1. (From Ray in Cambridge): You have managed to grow your top line despite
a major housing crisis in the United States and a softening market
internationally. Does this mean that you exposure to this is limited? What
if the slowdown in commercial real estate deepens? How would this affect
JFG: The company is working its way through one of the largest economic
downturns in recent history. Being in the sector that we are, we were
among the first to feel its impact. Anticipating declining revenues as
our customers were being forced to deal with significant demand declines,
we took some serious cost reduction measures to ensure that we would
maintain adequate profit cash flow levels.
As for our exposure to the housing crisis, in fact in normal times we are
more dependent on the renovation market as opposed to new housing starts.
However, these are far from normal times. A significant prolonged housing
crisis combined with the credit crunch and valuation declines have
effectively significantly impacted the renovation sector as people find it
difficult to add investment through renovation to a home that is declining
With varying degrees, the same applies to the commercial sector. What the
company has to do during these tough times is keep its cost structure
under control and adjust it in line with revenues as best it can without
damaging its ability to grow the business when economy begin to turn, by
maintaining key development programs and deferring others and focusing on
sales activities that can generate revenue in the short term.
2. (From Allan in Nanoose Bay): TWT’s liabilities have almost doubled in
2008 over 2007. I would like to know what steps you are taking to improve
on your present financial status to a positive P/E. I also wonder if you
have any intention of making your software Linux friendly.
JFG: The company’s liabilities increased from $28.4 million to $46.3 million from October 2007 to October 2008. In the first quarter of fiscal 2008,
the company concluded two acquisitions, one of which was the Company’s
single largest competitor in the world. The Company raised $15 million in
debt in order to partially finance this acquisition. This debt, in
addition to the liabilities added by the companies acquired, represents
essentially all of the increase in liabilities.
As to the Linux issue, it is not in our plans to invest in a second
platform based on Linux. 20-20 is a gold partner with Microsoft which in
itself is a key component to our strategic direction of creating a single
platform to be used by various players in the industry to exchange data.
The costs of maintaining two parallel platforms would be prohibitive for
the Company at this stage.
3. (From Adam in Toronto): Why the need to have 10 members on your Board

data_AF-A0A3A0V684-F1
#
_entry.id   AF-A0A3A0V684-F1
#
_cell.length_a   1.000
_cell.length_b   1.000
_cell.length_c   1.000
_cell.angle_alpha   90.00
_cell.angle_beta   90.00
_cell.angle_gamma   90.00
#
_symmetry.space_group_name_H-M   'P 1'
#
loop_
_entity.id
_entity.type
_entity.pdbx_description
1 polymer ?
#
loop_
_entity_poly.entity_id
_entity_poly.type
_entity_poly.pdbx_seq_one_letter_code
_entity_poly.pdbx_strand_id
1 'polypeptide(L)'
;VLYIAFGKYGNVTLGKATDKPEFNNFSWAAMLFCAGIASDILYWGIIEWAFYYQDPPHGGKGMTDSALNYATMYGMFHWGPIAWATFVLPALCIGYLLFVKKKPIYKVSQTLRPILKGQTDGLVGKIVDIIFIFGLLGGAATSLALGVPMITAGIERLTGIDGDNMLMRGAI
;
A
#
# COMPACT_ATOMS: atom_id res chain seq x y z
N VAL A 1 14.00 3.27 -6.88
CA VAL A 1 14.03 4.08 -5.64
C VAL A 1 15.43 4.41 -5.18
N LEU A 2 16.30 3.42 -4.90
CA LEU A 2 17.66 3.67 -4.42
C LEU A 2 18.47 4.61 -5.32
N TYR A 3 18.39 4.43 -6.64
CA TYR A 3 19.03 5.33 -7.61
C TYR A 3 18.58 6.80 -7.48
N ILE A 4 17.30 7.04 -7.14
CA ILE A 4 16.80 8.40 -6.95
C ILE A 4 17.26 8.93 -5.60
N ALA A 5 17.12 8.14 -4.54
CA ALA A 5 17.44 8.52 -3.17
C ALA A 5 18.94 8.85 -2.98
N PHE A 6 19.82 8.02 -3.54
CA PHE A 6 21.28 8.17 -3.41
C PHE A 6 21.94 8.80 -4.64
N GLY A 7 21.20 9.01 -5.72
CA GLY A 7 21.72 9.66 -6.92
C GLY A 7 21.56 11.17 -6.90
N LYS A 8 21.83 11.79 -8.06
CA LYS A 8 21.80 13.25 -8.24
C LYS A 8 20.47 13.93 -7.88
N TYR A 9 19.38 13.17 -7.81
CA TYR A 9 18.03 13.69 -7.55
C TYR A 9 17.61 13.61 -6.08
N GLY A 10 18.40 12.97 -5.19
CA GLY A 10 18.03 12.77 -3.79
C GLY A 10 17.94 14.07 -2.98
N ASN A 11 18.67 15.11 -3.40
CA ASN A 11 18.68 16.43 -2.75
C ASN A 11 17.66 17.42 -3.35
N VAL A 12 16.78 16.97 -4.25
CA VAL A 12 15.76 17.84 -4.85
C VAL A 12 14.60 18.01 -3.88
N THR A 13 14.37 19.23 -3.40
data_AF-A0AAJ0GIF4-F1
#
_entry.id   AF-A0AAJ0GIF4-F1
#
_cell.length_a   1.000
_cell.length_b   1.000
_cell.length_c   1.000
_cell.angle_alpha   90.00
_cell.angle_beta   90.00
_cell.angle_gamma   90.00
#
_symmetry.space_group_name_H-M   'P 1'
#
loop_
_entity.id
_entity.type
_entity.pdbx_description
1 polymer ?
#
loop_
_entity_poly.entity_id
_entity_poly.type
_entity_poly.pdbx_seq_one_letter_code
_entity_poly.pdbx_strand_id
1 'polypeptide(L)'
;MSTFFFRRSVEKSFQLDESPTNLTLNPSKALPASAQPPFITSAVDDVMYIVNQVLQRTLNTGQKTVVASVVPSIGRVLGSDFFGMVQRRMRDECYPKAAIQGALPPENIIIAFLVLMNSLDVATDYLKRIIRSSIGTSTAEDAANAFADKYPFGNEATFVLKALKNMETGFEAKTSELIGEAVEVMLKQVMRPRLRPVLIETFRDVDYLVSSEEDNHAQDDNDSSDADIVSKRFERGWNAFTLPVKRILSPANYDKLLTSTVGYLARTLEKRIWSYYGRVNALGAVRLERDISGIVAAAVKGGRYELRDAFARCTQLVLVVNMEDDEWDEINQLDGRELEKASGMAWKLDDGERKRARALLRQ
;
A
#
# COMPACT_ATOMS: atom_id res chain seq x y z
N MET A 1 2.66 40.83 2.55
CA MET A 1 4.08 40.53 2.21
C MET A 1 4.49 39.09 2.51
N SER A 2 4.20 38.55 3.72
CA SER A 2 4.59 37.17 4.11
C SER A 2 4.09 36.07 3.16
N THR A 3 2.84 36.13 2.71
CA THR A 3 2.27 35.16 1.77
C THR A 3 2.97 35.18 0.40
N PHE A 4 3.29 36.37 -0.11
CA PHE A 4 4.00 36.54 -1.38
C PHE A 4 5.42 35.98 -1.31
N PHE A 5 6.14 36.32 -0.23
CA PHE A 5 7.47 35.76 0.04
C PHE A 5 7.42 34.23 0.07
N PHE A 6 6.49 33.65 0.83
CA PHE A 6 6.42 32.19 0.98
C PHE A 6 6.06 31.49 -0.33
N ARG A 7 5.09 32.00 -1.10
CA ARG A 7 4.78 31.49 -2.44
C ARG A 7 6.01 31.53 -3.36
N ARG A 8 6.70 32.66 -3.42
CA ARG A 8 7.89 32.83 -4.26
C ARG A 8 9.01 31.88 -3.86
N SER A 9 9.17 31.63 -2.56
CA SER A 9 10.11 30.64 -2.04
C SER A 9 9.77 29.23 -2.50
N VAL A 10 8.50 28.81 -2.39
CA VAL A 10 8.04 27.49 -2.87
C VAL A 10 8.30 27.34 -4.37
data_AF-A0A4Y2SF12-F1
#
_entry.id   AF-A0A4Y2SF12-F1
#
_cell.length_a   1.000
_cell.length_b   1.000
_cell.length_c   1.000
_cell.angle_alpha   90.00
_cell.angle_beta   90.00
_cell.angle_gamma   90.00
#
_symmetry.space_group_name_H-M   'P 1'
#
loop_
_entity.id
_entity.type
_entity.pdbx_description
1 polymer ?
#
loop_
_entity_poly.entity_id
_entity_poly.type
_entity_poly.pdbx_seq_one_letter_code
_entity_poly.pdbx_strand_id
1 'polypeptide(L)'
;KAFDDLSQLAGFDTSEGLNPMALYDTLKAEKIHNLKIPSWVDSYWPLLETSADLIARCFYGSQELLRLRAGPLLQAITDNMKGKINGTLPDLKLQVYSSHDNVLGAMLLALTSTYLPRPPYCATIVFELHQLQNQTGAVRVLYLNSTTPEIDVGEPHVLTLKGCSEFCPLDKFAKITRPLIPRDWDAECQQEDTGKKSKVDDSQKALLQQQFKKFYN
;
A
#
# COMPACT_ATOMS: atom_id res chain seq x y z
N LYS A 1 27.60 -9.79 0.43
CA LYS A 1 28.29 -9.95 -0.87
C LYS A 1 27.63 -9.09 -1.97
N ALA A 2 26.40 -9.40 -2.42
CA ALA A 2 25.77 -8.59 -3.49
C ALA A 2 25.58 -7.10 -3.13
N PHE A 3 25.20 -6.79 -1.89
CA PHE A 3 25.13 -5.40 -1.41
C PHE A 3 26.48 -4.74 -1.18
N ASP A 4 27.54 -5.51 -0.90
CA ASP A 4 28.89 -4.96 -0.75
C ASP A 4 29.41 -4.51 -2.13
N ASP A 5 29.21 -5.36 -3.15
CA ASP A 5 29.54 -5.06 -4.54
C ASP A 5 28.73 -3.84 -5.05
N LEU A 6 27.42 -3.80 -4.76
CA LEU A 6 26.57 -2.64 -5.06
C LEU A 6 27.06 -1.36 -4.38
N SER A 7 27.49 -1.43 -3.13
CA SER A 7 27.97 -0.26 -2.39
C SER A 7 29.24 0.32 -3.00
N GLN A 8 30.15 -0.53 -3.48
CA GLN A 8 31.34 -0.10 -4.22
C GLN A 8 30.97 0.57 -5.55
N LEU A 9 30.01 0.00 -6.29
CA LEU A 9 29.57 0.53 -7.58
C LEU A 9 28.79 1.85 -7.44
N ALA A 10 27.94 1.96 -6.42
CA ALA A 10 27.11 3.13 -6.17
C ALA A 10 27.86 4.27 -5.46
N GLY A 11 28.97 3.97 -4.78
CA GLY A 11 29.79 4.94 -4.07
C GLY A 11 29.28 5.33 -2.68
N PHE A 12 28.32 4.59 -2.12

of Directors? Some of the largest companies in the world, I’m thinking
Microsoft and Research in Motion have fewer directors. Doesn’t a more
manageable size of perhaps six to seven members make sense for a company
the size of 20/20?
JFG: 20-20 became a public company approximately 4.5 years ago. Prior to then, the company had been operations as private company which had been funded
in part by a few rounds of venture capital. As is common practice, the
investors required that they each have representatives on the board of
Directors. Over the years these members have been very valuable to the
company in terms of guidance, governance and business knowledge
complimenting the management team effectively.
When we accessed the public markets, it was even more important to have
the support of our members to assist the management, and they continue to
do so, in its plans to grow the business profitably in an environment
which is quite different from one of a private company.
4. (From Bruce in Burnaby): 20/20 is becoming a great Canadian success
story! Congratulations. Now that you have become much larger do you see
spending on research and development increasing or decreasing over the
JFG: We expect to maintain our spending in research and development in the range of 16-17% of revenues on a going forward basis which of course would
mean that spending would likely increase as revenues increase. This
percentage is currently higher because of lower revenues.
5. (From Terry in Montreal): 20/20 describes itself as “the world’s
leading provider of computer-aided design, sales software and
manufacturing for the interior design industry”. How large is this space?
Is it large enough for your company to continue to grow or is it a niche
JFG: We evaluate the market space to over 1 B$ worldwide. There are plenty of
opportunities around the world in all sectors. Here are few examples.
• North American markets – Sell our new solutions, including our ERP
software for the residential and office furniture sectors and by
accelerating our penetration of new high-potential market segments such as
• In Northern Europe, leverage our strengths and continue to push our 2
brands, 20-20 and Fusion in the U.K. residential market, and also develop
the emerging bathroom sector and the untapped office furniture segments
and the market for our web applications, including in Scandinavian
• In Southern Europe, build upon our electronic catalogs and ERP solutions
for the kitchen and closet sectors, along with our solutions for
residential furniture manufacturers
• As for Central and Eastern Europe, take advantage of our existing
customer base, which delivers to over 140 kitchen, office and residential
furniture manufacturers, mission critical ERP solutions, a position which
gives us an exceptional entry into this new geographical market
• Continue to seize further growth opportunities in emerging markets,
namely in the Asia-Pacific region, especially in China, Russia as well as
in Brazil and other Latin American countries.
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